Assuming that offering people overflowing joy in God as a value proposition is even feasible, could it be a business? What would be the just exchange of value? Can you and should you build a business model around wowing people with the grace of God, over which you have no control? Assuming you could and should, would you stake your real, hard-earned cash on it?

I want to focus on answering the last question in this post from an emotional (not technical) angle. Through seasons of discouragement and disbelief, God has comforted me with these three perspectives on my money and investment in this cause. When things seem impossible, these thoughts have strengthened my emotional fortitude by turning gloom into thankfulness and joy.

Perspective #1: There is no shame in saying, “Lord, I have nothing left to give.”

Have you ever watched your bank account go down month after month after month? It’s not a pleasant feeling. Being a self-funded entrepreneur can be a lot of that.

I’ve been tempted several times to shift from my main purpose for the sake of short term revenues like consulting gigs, but I have to keep testing each opportunity against what I believed God has called me to. Sometimes I do wonder what might happen if there is no breakthrough and my bank account goes to $0.00.

I’ve been comforted with the realization that even if I reach a point when I say, “Lord, that’s all I got. There’s nothing left to give.” it would actually be an occasion for joy and not shame! Why should I be ashamed of giving all I have for His purpose? To the contrary it would be an honor to show how much He is worth.

Texts for consideration:

“The kingdom of heaven is like treasure hidden in a field, which a man found and covered up. Then in his joy he goes and sells all that he has and buys that field. (Matthew 13:44 ESV)

Then Jesus told his disciples, “If anyone would come after me, let him deny himself and take up his cross and follow me. For whoever would save his life will lose it, but whoever loses his life for my sake will find it. For what will it profit a man if he gains the whole world and forfeits his soul? Or what shall a man give in return for his soul? For the Son of Man is going to come with his angels in the glory of his Father, and then he will repay each person according to what he has done. (Matthew 16:24-27 ESV)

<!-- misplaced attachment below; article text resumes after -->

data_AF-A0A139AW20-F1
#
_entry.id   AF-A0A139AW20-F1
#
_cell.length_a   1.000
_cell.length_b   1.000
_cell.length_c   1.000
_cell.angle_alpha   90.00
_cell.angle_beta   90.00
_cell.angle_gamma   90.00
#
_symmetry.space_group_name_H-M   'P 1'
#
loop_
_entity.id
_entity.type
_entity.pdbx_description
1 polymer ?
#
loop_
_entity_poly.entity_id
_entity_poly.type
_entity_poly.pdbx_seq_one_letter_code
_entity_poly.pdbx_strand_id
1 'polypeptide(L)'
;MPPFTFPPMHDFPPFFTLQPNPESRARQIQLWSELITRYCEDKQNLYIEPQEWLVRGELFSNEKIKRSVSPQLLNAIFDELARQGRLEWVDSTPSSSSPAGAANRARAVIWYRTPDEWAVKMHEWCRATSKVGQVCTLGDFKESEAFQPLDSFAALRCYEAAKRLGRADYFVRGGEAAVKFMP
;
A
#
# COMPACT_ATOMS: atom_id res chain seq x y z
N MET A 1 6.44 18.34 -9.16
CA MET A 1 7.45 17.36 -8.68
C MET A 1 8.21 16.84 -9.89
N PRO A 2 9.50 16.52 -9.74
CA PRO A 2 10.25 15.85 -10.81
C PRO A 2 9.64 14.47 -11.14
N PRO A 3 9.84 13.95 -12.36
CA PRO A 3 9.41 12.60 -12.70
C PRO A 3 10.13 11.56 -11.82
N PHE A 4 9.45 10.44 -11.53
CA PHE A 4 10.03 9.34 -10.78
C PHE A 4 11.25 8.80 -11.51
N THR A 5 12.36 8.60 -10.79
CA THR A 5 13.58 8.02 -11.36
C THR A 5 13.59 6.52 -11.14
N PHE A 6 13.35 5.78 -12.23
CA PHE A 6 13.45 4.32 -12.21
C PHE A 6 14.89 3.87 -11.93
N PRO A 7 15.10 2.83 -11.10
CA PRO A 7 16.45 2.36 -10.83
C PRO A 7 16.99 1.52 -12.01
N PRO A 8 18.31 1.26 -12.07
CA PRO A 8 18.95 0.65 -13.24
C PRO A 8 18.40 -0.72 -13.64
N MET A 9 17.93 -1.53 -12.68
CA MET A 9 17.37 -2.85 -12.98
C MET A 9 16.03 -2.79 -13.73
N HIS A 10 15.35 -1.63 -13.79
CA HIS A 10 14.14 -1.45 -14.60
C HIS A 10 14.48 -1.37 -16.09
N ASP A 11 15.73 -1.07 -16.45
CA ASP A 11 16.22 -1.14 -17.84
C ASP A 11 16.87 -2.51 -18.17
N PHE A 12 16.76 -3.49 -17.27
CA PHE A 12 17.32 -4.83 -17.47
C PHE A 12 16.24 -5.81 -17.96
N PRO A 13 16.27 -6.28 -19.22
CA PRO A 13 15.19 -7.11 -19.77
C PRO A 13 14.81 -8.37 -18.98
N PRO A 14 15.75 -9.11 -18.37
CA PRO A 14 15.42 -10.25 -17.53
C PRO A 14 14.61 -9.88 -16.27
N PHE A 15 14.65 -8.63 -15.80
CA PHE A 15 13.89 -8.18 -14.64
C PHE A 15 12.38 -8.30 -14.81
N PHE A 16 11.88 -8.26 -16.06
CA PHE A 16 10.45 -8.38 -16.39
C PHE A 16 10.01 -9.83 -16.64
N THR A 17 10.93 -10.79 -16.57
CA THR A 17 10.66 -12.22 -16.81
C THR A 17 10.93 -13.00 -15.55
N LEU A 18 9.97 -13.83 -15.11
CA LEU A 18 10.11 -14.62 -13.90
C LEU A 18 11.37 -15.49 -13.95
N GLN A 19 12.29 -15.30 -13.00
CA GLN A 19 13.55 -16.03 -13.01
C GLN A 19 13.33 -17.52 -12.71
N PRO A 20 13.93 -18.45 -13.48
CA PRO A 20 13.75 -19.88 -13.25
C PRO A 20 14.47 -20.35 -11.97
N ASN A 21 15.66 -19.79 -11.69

Peter began to say to him, “See, we have left everything and followed you.” Jesus said, “Truly, I say to you, there is no one who has left house or brothers or sisters or mother or father or children or lands, for my sake and for the gospel, who will not receive a hundredfold now in this time, houses and brothers and sisters and mothers and children and lands,with persecutions, and in the age to come eternal life. But many who are first will be last, and the last first.” (Mark 10:28-31 ESV)

A woman came up to [Jesus] with an alabaster flask of very expensive ointment, and she poured it on his head as he reclined at table. And when the disciples saw it, they were indignant, saying, “Why this waste? For this could have been sold for a large sum and given to the poor.” But Jesus, aware of this, said to them, “Why do you trouble the woman? For she has done a beautiful thing to me. For you always have the poor with you, but you will not always have me. In pouring this ointment on my body, she has done it to prepare me for burial. Truly, I say to you, wherever this gospel is proclaimed in the whole world, what she has done will also be told in memory of her.” (Matthew 26:7-13 ESV)

Perspective #2: If God wants to see more of this, He will provide for it.

When I feel inadequate and resource-constrained, I have often fallen back on this prayer: “God if you want to see more of this work and outcome, you must provide for it. You’re the one who can bring it about.” If my work produces the fruit He wants to see in the world, then as the supremely wise and wealthy investor, He can direct resources appropriately to get more of the returns He wants.

At TheoTech, we focus on pursuing the outcomes God desires. He is our investor as well as our customer and if by grace we produce more of what he wants, we trust in him to supply what is needed continue. If he chooses not to, then we trust his discretion and pursue whatever else he directs our labor and attention to.

Texts for consideration:

“I am the true vine, and my Father is the vinedresser. Every branch in me that does not bear fruit he takes away, and every branch that does bear fruit he prunes, that it may bear more fruit. Already you are clean because of the word that I have spoken to you. Abide in me, and I in you. As the branch cannot bear fruit by itself, unless it abides in the vine, neither can you, unless you abide in me. I am the vine; you are the branches. Whoever abides in me and I in him, he it is that bears much fruit, for apart from me you can do nothing. If anyone does not abide in me he is thrown away like a branch and withers; and the branches are gathered, thrown into the fire, and burned. If you abide in me, and my words abide in you, ask whatever you wish, and it will be done for you. By this my Father is glorified, that you bear much fruit and so prove to be my disciples. As the Father has loved me, so have I loved you. Abide in my love. If you keep my commandments, you will abide in my love, just as I have kept my Father’s commandments and abide in his love. These things I have spoken to you, that my joy may be in you, and that your joy may be full. (John 15:1-11 ESV)